We need to take a look at the pros and cons of fracking. Why? Because fracking in Australia could increase. Government advisors want fewer fracking restrictions. In turn, the federal government has pushed a “gas-led recovery” from the COVID-19 recession.
What is hydraulic fracturing?
Fracking is a common way to say hydraulic fracturing. Miners use fracking to extract natural gas from underground. In particular, the practice of injecting extremely high-pressure water into the ground is called the hydraulic fracturing water cycle. This allows miners to extract unconventional gas.
Pros of fracking
Fracking provides access to unconventional gas
We call some sources of natural gas “unconventional”. This is because they are more difficult for miners to extract. They require additional technology or effort compared to “conventional gas”. Miners sometimes cannot get this gas to flow freely from underground. This is when they use fracking to increase the rate of flow.
Is fracking needed for coal seam gas, tight gas and shale gas in Australia?
For shale gas and tight gas, miners usually need fracking to enable gas production. They also sometimes require fracking for coal seam gas (CSG). To date, CSG has been the most common unconventional gas source in Australia. There are also many shale and tight gas sources in all states and territories except the ACT. In fact, only unconventional gas sources remain in most Australian states. Therefore, if the gas industry uses fracking, more gas can be mined in Australia.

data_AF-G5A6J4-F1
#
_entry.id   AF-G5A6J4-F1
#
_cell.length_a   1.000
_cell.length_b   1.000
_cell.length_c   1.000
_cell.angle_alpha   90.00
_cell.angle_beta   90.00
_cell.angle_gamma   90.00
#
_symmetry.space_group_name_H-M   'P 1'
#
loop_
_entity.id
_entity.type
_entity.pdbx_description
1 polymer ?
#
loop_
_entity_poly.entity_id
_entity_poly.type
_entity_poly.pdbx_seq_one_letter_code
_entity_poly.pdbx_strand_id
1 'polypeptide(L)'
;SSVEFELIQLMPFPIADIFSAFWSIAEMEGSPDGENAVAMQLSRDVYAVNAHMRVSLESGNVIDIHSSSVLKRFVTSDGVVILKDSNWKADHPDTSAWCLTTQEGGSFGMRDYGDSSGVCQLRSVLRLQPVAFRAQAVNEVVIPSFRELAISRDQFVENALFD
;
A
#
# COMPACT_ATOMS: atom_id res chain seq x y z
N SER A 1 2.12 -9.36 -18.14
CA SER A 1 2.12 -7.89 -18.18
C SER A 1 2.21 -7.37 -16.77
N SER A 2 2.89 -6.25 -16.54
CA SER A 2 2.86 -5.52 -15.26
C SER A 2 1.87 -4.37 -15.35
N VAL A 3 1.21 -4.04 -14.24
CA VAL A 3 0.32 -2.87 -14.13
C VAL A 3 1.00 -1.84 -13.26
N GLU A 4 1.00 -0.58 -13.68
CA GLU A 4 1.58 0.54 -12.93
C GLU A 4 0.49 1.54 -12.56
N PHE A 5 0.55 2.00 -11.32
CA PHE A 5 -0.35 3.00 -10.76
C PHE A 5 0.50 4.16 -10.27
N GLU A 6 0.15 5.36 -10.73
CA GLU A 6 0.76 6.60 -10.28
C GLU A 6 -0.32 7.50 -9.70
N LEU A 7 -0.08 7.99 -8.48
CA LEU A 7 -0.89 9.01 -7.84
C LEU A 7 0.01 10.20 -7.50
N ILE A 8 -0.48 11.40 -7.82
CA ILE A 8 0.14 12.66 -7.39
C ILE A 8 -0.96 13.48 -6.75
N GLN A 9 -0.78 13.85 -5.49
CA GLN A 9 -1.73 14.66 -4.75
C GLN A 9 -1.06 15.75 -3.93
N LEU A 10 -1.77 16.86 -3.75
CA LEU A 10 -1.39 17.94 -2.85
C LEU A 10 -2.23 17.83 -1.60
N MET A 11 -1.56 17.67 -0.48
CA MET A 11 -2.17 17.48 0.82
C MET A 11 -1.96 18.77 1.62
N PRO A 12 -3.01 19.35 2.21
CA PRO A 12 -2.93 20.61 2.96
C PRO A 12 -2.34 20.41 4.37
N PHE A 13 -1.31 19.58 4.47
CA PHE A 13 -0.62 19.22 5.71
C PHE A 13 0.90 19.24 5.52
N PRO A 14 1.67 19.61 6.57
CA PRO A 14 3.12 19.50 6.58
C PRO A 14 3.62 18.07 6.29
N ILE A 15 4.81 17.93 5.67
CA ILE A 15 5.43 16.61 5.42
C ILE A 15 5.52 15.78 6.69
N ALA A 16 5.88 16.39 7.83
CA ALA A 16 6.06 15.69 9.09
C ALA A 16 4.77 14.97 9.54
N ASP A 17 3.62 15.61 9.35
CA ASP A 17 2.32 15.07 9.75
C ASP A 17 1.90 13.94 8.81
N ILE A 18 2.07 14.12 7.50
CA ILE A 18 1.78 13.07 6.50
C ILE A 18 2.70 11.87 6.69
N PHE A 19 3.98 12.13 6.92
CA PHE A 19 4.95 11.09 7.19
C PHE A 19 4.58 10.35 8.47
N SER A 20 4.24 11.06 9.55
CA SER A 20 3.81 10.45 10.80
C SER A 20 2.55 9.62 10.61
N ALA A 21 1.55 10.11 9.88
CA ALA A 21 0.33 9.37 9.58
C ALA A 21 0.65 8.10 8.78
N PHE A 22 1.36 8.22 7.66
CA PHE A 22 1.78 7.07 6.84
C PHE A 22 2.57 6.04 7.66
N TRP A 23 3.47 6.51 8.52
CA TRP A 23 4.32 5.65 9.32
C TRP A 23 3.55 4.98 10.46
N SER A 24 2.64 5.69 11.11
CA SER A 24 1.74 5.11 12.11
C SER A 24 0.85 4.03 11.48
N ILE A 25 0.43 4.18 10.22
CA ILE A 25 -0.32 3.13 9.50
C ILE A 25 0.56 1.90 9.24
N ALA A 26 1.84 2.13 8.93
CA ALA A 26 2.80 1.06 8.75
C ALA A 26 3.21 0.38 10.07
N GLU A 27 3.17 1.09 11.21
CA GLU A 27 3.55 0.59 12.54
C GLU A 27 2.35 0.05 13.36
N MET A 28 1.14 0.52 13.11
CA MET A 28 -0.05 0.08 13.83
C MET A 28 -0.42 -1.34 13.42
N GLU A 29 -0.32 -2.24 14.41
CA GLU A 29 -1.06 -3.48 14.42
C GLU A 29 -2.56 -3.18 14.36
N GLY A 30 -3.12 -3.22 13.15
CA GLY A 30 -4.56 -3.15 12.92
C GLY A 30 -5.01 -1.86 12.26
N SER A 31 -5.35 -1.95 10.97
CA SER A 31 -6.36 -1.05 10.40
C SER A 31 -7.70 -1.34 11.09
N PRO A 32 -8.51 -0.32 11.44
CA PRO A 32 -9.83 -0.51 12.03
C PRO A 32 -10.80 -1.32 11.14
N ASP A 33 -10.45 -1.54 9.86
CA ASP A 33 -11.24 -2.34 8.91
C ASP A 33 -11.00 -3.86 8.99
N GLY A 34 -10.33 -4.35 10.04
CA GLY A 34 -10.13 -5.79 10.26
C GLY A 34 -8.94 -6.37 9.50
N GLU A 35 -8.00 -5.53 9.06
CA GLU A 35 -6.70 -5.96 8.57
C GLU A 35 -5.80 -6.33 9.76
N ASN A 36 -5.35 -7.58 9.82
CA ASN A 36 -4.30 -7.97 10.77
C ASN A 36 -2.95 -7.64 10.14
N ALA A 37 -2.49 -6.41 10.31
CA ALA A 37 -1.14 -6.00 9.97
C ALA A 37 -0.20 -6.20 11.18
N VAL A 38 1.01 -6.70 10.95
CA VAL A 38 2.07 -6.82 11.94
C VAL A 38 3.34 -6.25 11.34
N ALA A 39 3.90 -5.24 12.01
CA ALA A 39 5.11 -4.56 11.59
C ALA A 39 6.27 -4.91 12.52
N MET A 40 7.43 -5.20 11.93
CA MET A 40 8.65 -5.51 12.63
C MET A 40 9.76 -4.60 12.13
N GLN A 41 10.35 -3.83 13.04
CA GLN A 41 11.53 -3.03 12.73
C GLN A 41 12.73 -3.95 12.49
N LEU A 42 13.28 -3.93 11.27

Is fracking in line with Australia’s Paris Agreement targets?
However, the growth of Australia’s gas industry is not compatible with the Paris Agreement. To keep global warming under 1.5°C, gas production must fall three per cent every year.
Any increase or reliance on fossil fuels and the fracking industry to maintain energy resources, irrespective of the natural gas reserves and energy demand, are contrary to the goals set out in the Paris Agreement. As a result, this may have a significant effect on climate change and human health.
Cons of fracking
Natural gas is bad for the climate
Up to 98 per cent of natural gas is methane. CSG is almost pure methane. Methane traps 84 times as much heat in the atmosphere as carbon dioxide over 20 years. Unfortunately, this greenhouse gas leaks all along the gas production supply chain.
If these leaks are below one to two per cent of the gas, then natural gas has lower greenhouse gas emissions than coal. But the global gas industry has underestimated its methane emissions by at least 25-40 per cent since 2012. Therefore, natural gas may be worse for the climate than coal. Fracking developments in the Northern Territory threaten Australia’s greenhouse gas emissions reduction targets. They would increase emissions by between seven and 22 per cent.
Fracking threatens the health of communities and the environment